Lanky models strutting in cotton, linen and silk, making statement for beautiful creations - why not make statement with a ‘pineapple’? Alluring dresses from pineapple? It could be. Often we heard mothers reminiscing their hard times during the Japanese occupation sewing with threads from pineapple leaves. If so, can we spin yarn from pineapple leaves threads then? After all, we have been relying on plants for clothings – the cotton. Now scientists in Malaysia are looking into the potential of another ‘cotton’ – the pineapple.
Jamil Salleh’s study is timely as we have scores of pineapple plantations with tonnes of leaves burnt away. There has been not much interest in pineapple fibres in our country. Hence, he is optimist that abundantly pineapple fibres in Malaysia, if extracted, can be marketed as ‘exotic’ textile. A good news for fashion designers Zang Toi or Bernard Chandran? For them it could be a work of mix and match for another charming creation. A good understanding of the extraction methods will be good for them. Thus Jamil will try to establish the best extraction to get the best of the fibres.
Jamil will experiment on the long fibres of the leaves by scrapping and retting. It is a preliminary study to assess the best technique to extract the fibres from the leaves. Scrapping is a traditional method where the epidermal tissue of the leaves is scrapped from the surface and back of the leaves using broken plate or coconut shell to expose the fibres. As much as 500 leaves can be scrapped in a day by an expert scrapper. It is tedious, time consuming and labor intensive. After scrapping, the fibres will be washed thoroughly with water and then air-dried.
Apart from scrapping, the fibre can also be extracted by retting. Retting is the use of micro organism and moisture to dissolve or rot away the epidermal tissue and pectine of the leaves, which will separate the fibre from the leaves. There are many types of water retting such as still water, running water and dew and rain retting. These methods are slow and consumes time, hence less popular. However, around 2.5 - 3.5% of fibre can be recovered from both methods.
Other than that, Jamil and collegues are looking into chemical retting under alkaline condition and microbes as they have been used to extract other fibres such as flax and kenaf. It was found that fibers produced from microbe retting are with higher residual gum content and lower elongation but better tenacity and softness. Other other hand, chemical retting produces lower tenacity and thicker fibre; and water retting produces weak and low quality fibre.
The fibres will be extracted from pineapple leaves by scrapping and retting method. To scrape, porcelain scrap will be used to remove the epidermal tissue of the leaves. For retting, four methods will be employed which are immersion in water for certain duration, use of NaOH/acetic acid and EDTA, use of enzyme (xylanase/pectinase/cellulase), and combination of chemical and enzyme retting. Other mechanical extraction methods using special fabricated equipment will also be experimented.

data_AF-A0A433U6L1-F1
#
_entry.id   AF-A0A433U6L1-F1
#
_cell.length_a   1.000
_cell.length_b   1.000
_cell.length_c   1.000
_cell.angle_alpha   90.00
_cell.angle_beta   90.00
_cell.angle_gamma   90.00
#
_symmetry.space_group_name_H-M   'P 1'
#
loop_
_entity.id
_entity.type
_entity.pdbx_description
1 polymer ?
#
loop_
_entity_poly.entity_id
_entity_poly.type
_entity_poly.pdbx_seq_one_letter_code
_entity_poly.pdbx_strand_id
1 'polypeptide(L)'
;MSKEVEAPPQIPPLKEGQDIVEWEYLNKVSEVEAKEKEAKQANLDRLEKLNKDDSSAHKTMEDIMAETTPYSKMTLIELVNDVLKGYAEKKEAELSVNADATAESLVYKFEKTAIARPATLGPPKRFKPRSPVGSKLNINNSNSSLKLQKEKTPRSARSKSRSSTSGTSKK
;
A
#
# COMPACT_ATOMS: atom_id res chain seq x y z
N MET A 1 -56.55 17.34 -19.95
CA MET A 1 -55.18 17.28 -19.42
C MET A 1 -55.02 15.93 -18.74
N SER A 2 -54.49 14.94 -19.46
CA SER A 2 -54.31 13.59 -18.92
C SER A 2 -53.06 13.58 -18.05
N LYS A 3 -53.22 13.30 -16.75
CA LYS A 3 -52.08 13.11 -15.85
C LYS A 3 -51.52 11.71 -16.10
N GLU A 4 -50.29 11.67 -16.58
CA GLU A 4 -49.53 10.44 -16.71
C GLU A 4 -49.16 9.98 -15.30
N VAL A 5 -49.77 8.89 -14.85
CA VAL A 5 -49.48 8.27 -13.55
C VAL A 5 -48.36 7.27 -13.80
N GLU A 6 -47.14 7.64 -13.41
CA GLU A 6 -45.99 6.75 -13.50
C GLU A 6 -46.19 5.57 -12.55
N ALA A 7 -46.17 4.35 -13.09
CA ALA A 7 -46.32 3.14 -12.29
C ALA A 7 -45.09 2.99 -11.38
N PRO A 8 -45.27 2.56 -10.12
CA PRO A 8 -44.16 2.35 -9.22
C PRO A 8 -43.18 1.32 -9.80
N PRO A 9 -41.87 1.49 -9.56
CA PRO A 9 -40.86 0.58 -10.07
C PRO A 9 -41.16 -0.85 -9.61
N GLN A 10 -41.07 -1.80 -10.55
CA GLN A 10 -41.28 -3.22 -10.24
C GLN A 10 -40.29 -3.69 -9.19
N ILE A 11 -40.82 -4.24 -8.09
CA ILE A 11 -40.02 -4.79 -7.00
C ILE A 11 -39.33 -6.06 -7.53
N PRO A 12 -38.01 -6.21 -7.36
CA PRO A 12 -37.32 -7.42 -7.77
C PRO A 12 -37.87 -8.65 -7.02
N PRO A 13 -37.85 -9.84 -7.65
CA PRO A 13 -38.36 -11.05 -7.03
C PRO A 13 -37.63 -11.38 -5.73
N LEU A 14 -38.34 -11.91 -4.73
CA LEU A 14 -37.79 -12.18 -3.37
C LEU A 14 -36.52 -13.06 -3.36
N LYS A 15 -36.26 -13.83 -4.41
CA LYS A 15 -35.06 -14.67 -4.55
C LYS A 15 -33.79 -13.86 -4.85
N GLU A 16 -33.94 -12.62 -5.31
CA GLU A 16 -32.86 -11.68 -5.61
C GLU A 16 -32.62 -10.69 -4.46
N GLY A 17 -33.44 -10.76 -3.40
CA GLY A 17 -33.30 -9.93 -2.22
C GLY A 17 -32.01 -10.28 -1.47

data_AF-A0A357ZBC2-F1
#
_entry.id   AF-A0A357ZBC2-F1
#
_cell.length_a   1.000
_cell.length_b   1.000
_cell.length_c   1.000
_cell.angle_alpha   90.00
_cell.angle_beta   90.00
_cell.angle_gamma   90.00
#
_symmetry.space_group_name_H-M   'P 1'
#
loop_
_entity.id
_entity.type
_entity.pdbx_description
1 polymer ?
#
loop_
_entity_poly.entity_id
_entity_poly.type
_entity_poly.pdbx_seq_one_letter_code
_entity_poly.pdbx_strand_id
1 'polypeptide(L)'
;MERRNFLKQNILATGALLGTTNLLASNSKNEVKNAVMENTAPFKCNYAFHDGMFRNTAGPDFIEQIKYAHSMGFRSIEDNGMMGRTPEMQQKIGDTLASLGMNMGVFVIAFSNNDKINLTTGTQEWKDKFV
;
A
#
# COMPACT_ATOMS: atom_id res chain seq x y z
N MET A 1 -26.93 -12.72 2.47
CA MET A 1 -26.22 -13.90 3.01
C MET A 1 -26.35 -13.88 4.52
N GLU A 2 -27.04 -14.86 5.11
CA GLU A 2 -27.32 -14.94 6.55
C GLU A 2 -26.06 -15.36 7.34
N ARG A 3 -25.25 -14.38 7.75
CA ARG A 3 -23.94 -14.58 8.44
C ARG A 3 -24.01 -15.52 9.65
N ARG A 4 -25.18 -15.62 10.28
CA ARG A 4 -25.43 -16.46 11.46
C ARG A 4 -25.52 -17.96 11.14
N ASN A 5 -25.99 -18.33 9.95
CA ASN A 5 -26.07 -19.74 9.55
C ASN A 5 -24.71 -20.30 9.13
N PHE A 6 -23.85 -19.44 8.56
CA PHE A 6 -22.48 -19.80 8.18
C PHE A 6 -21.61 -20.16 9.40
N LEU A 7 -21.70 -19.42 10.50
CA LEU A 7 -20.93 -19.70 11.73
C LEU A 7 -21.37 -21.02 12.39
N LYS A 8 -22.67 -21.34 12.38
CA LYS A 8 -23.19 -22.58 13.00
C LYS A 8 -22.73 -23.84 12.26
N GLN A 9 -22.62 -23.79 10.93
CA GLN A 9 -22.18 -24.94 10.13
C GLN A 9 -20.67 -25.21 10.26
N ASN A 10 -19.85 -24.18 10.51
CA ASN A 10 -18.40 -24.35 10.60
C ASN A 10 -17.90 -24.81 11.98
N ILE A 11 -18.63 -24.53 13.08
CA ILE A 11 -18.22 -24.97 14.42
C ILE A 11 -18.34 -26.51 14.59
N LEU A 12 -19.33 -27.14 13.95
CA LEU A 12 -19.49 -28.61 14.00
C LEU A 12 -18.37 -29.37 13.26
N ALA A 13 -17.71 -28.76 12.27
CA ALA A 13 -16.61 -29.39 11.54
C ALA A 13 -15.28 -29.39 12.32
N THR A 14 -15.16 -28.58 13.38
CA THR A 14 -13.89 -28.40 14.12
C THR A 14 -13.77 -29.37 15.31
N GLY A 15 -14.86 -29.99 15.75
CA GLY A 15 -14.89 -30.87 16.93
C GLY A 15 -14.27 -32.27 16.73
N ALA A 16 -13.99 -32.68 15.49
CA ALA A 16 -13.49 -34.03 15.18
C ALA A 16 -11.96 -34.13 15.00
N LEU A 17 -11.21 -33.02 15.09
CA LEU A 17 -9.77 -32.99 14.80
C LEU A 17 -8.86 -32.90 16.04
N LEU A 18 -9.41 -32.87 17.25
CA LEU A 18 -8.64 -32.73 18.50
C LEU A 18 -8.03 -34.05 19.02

The strength of the extracted fibres will be evaluated using tests of linear density, tenacity, microscopic appearance, micronaire and fibre strength. Then, the fibres will be hand-spun into yarn or dref spinning. The spun yarn then will be tested for its physical properties such as linear density (count), single strength, yarn appearance and hairiness. A comparison fibre and yarn properties with regards to the extraction techniques employed will be evaluated to determine the best fibre extraction technique.
Gelatine instead of forearm
19.04.2017 | Empa - Eidgenössische Materialprüfungs- und Forschungsanstalt
Computers create recipe for two new magnetic materials
18.04.2017 | Duke University
The nearby, giant radio galaxy M87 hosts a supermassive black hole (BH) and is well-known for its bright jet dominating the spectrum over ten orders of magnitude in frequency. Due to its proximity, jet prominence, and the large black hole mass, M87 is the best laboratory for investigating the formation, acceleration, and collimation of relativistic jets. A research team led by Silke Britzen from the Max Planck Institute for Radio Astronomy in Bonn, Germany, has found strong indication for turbulent processes connecting the accretion disk and the jet of that galaxy providing insights into the longstanding problem of the origin of astrophysical jets.
Supermassive black holes form some of the most enigmatic phenomena in astrophysics. Their enormous energy output is supposed to be generated by the...
The probability to find a certain number of photons inside a laser pulse usually corresponds to a classical distribution of independent events, the so-called...
Microprocessors based on atomically thin materials hold the promise of the evolution of traditional processors as well as new applications in the field of flexible electronics. Now, a TU Wien research team led by Thomas Müller has made a breakthrough in this field as part of an ongoing research project.
Two-dimensional materials, or 2D materials for short, are extremely versatile, although – or often more precisely because – they are made up of just one or a...
Two researchers at Heidelberg University have developed a model system that enables a better understanding of the processes in a quantum-physical experiment...
Glaciers might seem rather inhospitable environments. However, they are home to a diverse and vibrant microbial community. It’s becoming increasingly clear that they play a bigger role in the carbon cycle than previously thought.
A new study, now published in the journal Nature Geoscience, shows how microbial communities in melting glaciers contribute to the Earth’s carbon cycle, a...
20.04.2017 | Event News
18.04.2017 | Event News
03.04.2017 | Event News
21.04.2017 | Physics and Astronomy
21.04.2017 | Health and Medicine
21.04.2017 | Physics and Astronomy